Oct 232013
 

Published: Tuesday, 22 Oct 2013 | 11:23 AM ET

By:  | President of Pento Portfolio Strategies

De-crowning the dollar, and the ‘collapse’ ahead

CRISIS, PRIVATE DEBT, RISING, CORPORATE LOANS, CONSUMER CREDIT, FEDERAL RESERVE, PETER SCHIFF,

INFLATION, QE, TEA PARTY, KARL DENNINGER, NETNET, US: NEWS, BUSINESS NEWS

CNBC.com | Tuesday, 22 Oct 2013 | 11:23 AM ET

The gradual erosion of the U.S. dollar’s status as the world’s reserve currency has been greatly
hastened of late. This is due not only to the perpetual gridlock in D.C., but also our government’s
inability to articulate a strategy to deal with the $126 trillion of unfunded liabilities.

Our addictions to debt and cheap money have finally caused our major international creditors to call
for an end to dollar hegemony and to push for a “de-Americanized” world.

China, the largest U.S. creditor with $1.28 trillion in Treasury bonds, recently put out a commentary
through the state-run Xinhua news agency stating that, “Such alarming days when the destinies of
others are in the hands of a hypocritical nation have to be terminated.”

In addition, Japan (our second largest creditor holding $1.14 trillion of U.S. debt) put out a statement
through its Finance Minister last week saying, “The U.S. must avoid a situation where it cannot pay,
and its triple-A ranking plunges all of a sudden.”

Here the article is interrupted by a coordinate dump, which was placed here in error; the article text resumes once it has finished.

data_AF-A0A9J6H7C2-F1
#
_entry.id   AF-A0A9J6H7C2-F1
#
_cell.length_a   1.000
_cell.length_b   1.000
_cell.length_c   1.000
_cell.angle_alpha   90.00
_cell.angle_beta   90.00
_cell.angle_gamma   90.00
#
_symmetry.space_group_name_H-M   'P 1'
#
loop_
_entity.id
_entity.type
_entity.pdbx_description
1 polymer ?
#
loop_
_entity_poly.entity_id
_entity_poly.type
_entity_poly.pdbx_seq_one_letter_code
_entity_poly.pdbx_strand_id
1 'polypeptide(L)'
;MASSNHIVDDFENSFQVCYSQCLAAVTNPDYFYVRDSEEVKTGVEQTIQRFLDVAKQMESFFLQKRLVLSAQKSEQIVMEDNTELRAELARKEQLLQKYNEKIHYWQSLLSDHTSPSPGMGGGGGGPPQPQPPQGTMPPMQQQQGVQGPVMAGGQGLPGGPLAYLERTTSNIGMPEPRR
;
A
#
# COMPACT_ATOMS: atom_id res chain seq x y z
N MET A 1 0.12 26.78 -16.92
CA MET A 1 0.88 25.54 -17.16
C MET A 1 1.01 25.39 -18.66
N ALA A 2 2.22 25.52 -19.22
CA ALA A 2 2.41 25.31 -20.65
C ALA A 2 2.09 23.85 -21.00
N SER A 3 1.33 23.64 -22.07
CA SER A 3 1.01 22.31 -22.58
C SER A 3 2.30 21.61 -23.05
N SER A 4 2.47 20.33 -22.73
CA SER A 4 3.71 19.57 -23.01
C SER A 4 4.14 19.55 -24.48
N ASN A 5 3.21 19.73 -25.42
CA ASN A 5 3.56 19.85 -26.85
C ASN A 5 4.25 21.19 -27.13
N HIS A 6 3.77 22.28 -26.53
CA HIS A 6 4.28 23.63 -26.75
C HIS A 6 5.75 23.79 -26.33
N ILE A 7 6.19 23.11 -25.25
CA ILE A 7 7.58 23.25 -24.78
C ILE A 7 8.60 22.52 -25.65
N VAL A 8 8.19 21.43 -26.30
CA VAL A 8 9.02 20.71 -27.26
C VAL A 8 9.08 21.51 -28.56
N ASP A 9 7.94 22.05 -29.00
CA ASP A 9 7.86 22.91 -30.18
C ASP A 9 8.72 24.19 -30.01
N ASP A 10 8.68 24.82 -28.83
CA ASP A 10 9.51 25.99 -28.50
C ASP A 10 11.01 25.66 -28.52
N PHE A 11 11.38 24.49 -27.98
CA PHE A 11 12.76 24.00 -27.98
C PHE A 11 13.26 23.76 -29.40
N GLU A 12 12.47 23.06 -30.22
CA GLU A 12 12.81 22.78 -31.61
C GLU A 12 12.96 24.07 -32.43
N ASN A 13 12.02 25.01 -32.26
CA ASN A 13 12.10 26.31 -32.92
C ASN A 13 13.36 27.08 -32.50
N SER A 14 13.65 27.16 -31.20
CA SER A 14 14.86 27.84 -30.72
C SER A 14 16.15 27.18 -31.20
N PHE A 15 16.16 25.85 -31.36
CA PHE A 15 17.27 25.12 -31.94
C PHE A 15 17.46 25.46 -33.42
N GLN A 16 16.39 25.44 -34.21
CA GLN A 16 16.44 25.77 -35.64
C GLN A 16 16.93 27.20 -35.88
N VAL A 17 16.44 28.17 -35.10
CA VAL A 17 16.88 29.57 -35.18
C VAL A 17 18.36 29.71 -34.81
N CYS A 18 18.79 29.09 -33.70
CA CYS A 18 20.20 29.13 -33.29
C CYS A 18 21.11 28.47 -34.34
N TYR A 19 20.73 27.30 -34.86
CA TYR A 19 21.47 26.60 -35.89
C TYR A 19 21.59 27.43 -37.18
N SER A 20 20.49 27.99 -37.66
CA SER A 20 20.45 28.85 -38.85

(Read more: Fed in ‘monetary roach motel,’ won’t taper: Schiff)

It is both embarrassing and hypocritical to be lectured by Japan about an intractable debt situation.
However, the sad truth is we have become completely reliant on these two nations for the stability of
our bond market and currency.

We arrived at this condition because our central bank has compelled the nation to rely on asset
bubbles for growth and prevented the deleveraging of the economy by forcing down interest rates far
below a market-based level.

For example, instead of allowing debt levels to shrink, the Fed’s virtually free money has now caused
consumer credit to surge past the $3 trillion mark by the second quarter 2013; that is up 22 percent in
the past three years. And of course, the Federal government massively stepped up its borrowing
beginning in 2008, piling on over $6.8 trillion in additional publicly traded debt since the start of the
Great Recession.

(Read more: It’s back with a vengeance: Private debt)